What’s ‘roadworthy’ again? Unique ‘Kinto One’


FROM our transport officials: Only “roadworthy” jeepneys will be allowed back in Metro Manila roads. But the so-called king of the road, sidelined by the coronavirus since mid-March, was hardly seen plying its route since Monday (June 29).

“Most of our old routes had been given to the buses,” complained Zeny Maranan, the spirited president of Fejodap (Federation of Jeepney Operators and Drivers Association of the Philippines).   “That’s why we could hardly find passengers anymore.” The brave souls that harnessed their jeepneys this week had meager income as well, given that the jeepney’s capacity had been reduced to 30 percent in obedience to the physical distancing protocol for health reasons.

In short, earnings had been drastically cut and could barely buy food on the table for the jeepney driver’s family after a day’s toil on the road.

What is meant by “roadworthy” again?

The authorities did not elaborate.

But common sense tells us, of course, that for a jeepney to be roadworthy, it must be in tip-top condition.   Meaning, it doesn’t get stalled at all. Also, a jeepney is roadworthy if it is not a smoke-belcher, clean from both inside and outside, and it runs smoothly on clatter-free suspensions and shock absorbers.

In short, it must perform like brand-new at all times.

But the “roadworthy” pitch came into being only amid the pandemic, giving rise to old fears by jeepney operators and drivers about the government’s seeming scheme to phase out the vintage World War II relic.

Thus, to be “unroadworthy” could be reason to yank out old jeepneys.

Weren’t buses, taxis and UV Express modes favored over jeepneys when public utility vehicles were allowed to ply again?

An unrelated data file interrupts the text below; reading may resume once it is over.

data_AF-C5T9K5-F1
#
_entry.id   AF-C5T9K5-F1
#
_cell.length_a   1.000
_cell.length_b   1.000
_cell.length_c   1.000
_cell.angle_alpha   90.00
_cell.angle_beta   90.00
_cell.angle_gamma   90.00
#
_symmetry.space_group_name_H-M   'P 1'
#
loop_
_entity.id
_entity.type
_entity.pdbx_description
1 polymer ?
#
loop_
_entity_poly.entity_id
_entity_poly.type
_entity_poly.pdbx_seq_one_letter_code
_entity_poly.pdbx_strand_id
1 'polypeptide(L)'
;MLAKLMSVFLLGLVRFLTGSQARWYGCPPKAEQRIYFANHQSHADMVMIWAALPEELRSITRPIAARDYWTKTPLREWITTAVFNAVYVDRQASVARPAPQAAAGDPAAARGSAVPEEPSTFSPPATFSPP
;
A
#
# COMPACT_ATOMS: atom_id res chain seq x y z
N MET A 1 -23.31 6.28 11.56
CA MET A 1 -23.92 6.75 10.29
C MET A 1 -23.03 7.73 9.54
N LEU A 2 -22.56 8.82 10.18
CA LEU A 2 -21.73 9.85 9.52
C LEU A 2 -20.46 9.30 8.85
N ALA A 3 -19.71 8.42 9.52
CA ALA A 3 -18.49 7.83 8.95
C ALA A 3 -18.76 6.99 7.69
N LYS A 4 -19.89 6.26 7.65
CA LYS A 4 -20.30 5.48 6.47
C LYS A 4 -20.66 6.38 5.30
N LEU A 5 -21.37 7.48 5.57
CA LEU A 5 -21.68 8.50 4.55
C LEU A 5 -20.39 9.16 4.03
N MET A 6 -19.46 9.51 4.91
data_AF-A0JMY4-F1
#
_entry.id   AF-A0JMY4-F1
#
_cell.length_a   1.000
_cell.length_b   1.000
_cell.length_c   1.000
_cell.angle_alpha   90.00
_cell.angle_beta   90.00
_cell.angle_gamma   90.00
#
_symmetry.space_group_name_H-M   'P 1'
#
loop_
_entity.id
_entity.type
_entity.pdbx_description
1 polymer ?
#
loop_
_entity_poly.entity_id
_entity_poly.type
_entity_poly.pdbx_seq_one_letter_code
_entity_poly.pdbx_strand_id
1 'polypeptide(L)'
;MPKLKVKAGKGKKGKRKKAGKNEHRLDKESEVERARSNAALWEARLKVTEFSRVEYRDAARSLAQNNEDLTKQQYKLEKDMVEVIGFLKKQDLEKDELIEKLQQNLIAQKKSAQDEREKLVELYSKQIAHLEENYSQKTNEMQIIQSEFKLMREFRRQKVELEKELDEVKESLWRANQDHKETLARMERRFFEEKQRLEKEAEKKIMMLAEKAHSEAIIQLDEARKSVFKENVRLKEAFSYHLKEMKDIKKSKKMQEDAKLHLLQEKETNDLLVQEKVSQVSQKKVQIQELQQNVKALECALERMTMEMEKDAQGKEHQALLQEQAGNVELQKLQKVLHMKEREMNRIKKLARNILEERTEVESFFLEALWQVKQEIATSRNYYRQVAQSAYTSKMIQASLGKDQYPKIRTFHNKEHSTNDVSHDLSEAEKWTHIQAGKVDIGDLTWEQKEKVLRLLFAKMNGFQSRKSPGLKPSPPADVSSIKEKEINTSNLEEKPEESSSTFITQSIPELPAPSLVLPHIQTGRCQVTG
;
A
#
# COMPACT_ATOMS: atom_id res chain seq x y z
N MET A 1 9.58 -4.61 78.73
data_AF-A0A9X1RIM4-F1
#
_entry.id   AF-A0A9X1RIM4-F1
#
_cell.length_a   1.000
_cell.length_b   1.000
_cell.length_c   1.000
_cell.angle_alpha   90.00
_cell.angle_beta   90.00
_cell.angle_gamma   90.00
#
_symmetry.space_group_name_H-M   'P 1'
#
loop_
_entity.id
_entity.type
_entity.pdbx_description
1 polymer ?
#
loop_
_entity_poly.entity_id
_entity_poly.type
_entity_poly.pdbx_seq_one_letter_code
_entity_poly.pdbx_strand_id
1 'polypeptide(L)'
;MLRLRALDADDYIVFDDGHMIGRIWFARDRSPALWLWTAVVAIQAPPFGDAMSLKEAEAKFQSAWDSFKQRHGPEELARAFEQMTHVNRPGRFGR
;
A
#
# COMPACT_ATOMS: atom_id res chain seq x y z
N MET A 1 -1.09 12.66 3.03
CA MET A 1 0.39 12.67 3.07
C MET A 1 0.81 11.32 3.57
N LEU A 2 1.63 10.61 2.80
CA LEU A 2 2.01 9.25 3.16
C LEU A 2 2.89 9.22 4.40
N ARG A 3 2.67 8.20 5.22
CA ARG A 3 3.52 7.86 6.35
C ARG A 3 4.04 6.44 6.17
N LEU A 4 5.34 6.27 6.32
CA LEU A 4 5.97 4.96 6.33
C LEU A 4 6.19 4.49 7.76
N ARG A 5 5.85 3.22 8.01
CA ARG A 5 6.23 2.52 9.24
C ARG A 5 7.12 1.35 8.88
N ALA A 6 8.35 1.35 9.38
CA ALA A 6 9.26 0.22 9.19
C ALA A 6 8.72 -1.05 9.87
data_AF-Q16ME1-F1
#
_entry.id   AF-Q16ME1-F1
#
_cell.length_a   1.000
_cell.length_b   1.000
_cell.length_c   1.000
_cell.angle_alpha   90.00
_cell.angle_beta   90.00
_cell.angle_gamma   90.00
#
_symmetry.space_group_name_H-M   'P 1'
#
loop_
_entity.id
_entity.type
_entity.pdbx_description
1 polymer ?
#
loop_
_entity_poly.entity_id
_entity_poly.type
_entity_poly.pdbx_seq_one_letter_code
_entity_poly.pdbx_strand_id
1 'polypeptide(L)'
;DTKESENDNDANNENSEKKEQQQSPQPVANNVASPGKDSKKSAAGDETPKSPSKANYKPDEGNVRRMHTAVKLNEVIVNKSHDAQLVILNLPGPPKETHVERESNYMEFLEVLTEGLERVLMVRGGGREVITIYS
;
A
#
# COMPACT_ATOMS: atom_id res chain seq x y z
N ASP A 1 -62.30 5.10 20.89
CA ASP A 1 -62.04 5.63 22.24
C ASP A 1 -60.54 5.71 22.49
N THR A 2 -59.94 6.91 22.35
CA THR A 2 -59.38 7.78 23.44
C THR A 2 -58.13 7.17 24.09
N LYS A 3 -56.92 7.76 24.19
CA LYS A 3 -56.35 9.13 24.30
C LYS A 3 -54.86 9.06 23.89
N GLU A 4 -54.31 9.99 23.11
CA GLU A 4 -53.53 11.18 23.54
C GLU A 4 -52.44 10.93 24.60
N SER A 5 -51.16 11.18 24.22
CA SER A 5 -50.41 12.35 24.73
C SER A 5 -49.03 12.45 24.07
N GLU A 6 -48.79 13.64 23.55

And look, before Covid-19 struck, wasn’t there a government move to strictly implement a jeepney modernization plan that will introduce air-conditioned jeepneys in a veiled bid to erase the old, rickety jeepneys from the face of the Earth?

The plan, hatched almost three years ago, has difficulty getting off the ground mainly because it is a bit costly.   The modern jeepney costs no less than a million bucks!   Lack of information dissemination also muddled the issue.

The Filipino psyche is, the jeepney driver/owner would rather that he drives his old ride than trade it for the modern one because loans are just too much to pay every end of the month.

Add the sudden pandemic assault and our government factotums were caught napping and thrown in disarray. When crisis-caused hunger stalks the land, the people pounce protocols almost aimlessly like a boxer cornered against the ropes.

Toyota’s ‘Kinto One’

FROM ownership to “usership.”

That is Toyota’s next generation spin on vehicle acquisition called “Kinto One.”

Offered by Toyota’s TFS (Toyota Financial Services), Kinto One allows customers to own a Toyota model for three or four years with  no down payment  required.

The  monthly subscription  covers vehicle registration, annual comprehensive insurance and regular periodic and preventive maintenance.

At the end of the lease term, the customer simply returns the vehicle to TFS and, voila!, the deal is over.

“Kinto One is a step closer to realizing Toyota’s vision of  Mobility for All,” said Mr Atsushi Murakami, president of TFS. “We recognize that the next generation Kinto One makes it easy for them.”

Available models covered are Vios, Rush, Fortuner and Corolla Altis, said Toyota’s Nadinne C. Capistrano. Visit www.facebook.com/kintophilippines for more details.

PEE STOP    

Kudos to Isuzu Philippines Corp. (IPC) for continuing to donate PPEs (Personal Protective Equipment) to frontliners against the Covid-19 pandemic.   Through its “Isuzu Kasama Mo” campaign, IPC also lent its PUVs, Traviz, Mu-X and D-Max models to government in the anti-virus fight. In addition, IPC will hand out a set of PPEs to the Philippine Coast Guard and Caritas Manila to any buyer of D-MAX, Mu-X, TRAVIZ, N-Series, F-Series, and C and E Series from now until July 31.   Every donation will be named on the client’s behalf, according to Isuzu’s Nora Liquido.   Cheers!

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